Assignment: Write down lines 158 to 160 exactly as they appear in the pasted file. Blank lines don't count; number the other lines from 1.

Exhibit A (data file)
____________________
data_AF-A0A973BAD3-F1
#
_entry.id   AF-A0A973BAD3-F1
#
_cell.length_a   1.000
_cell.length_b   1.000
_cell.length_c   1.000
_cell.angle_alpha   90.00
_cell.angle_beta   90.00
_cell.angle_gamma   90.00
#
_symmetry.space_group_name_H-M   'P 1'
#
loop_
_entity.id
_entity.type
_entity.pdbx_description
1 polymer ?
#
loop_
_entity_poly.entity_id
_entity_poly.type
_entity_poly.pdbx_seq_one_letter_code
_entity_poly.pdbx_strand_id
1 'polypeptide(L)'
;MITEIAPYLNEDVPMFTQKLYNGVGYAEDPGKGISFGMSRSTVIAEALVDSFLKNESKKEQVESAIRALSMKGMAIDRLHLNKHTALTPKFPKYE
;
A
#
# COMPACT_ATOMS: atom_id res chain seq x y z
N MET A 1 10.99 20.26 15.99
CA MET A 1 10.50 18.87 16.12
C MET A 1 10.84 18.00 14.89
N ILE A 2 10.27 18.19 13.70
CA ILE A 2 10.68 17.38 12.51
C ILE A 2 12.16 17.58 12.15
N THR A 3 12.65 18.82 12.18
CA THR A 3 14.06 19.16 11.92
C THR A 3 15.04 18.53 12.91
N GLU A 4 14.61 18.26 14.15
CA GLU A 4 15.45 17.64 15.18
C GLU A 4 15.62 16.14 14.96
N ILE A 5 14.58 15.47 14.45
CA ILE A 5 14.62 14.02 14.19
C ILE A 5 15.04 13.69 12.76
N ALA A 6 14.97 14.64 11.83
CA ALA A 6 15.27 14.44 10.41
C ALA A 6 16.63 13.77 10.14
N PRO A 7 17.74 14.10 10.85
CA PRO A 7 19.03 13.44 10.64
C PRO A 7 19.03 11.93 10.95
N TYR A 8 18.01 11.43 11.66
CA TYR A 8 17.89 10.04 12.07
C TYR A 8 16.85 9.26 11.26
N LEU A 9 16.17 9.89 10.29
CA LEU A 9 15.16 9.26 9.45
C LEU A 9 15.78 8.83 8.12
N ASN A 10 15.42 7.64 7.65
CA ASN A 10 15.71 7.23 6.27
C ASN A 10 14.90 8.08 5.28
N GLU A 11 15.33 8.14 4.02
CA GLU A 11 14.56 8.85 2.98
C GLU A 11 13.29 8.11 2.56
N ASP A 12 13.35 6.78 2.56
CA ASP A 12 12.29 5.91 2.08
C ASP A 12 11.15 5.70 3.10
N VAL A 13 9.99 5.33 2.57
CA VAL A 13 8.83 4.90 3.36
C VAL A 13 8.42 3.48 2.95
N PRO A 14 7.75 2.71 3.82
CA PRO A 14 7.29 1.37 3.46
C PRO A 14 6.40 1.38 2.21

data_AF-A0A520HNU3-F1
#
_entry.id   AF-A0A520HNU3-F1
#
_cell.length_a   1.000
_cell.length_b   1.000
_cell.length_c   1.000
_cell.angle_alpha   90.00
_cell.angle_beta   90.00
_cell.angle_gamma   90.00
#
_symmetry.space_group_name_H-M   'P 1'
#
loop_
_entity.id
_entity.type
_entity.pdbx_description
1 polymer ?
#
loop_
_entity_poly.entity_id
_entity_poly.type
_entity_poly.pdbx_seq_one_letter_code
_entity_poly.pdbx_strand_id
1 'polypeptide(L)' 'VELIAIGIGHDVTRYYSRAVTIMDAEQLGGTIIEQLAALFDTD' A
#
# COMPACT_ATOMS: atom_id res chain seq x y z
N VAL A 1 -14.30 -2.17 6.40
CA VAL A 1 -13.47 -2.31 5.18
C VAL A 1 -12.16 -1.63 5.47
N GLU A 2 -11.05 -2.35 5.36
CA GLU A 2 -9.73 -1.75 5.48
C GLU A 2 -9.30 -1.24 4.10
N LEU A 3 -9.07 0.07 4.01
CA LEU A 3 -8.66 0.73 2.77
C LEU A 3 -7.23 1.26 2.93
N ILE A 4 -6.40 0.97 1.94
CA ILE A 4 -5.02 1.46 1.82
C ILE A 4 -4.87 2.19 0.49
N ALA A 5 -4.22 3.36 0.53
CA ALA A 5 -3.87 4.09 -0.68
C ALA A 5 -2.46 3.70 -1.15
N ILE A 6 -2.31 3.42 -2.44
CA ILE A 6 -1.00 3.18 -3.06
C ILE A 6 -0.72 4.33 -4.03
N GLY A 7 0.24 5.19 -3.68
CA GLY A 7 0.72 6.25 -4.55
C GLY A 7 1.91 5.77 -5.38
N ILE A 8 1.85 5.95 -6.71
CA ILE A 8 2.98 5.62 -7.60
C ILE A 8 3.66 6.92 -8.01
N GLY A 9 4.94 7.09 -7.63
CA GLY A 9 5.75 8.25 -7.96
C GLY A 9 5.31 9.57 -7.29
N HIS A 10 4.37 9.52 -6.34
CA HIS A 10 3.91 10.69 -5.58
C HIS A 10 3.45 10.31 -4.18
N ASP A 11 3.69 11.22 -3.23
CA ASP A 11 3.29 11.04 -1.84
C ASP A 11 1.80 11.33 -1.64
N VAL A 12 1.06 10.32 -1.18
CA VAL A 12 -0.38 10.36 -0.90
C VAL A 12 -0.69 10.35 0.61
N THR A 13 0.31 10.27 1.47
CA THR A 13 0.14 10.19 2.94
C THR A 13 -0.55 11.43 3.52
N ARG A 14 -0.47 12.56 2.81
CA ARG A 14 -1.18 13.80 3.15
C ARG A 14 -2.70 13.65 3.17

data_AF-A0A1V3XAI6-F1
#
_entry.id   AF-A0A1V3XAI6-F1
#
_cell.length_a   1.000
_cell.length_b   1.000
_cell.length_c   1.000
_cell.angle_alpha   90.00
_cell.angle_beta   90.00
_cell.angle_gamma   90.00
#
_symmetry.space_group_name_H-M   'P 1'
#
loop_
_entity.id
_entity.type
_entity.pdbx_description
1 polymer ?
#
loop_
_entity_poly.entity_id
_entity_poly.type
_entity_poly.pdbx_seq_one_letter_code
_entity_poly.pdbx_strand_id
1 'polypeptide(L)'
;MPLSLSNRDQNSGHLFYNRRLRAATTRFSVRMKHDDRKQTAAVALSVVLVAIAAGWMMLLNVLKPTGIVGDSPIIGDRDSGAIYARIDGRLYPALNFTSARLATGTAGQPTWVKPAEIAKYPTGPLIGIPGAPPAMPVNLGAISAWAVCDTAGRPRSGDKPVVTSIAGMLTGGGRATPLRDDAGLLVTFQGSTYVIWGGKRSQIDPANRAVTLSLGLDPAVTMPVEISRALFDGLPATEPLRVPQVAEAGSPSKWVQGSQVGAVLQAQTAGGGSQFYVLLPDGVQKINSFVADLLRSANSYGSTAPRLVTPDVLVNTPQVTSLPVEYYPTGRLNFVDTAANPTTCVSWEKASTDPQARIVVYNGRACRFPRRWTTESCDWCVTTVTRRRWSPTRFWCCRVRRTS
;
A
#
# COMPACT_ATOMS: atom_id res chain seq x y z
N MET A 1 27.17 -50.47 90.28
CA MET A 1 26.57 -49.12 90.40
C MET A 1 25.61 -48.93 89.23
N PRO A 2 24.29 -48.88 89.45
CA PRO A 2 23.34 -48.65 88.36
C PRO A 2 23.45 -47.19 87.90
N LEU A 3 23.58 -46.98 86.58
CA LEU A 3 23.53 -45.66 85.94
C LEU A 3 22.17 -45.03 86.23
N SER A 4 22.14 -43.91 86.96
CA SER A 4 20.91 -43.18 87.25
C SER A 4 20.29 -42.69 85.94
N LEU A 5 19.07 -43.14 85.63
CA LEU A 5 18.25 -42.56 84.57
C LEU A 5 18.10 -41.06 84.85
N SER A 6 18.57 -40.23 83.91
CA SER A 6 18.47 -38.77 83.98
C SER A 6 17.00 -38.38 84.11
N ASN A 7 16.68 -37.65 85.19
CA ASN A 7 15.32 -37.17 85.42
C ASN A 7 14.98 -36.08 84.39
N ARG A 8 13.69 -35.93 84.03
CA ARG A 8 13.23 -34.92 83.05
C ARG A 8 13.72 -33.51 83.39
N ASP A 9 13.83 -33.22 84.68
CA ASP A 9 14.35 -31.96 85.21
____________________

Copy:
_entity.pdbx_description
1 polymer ?
#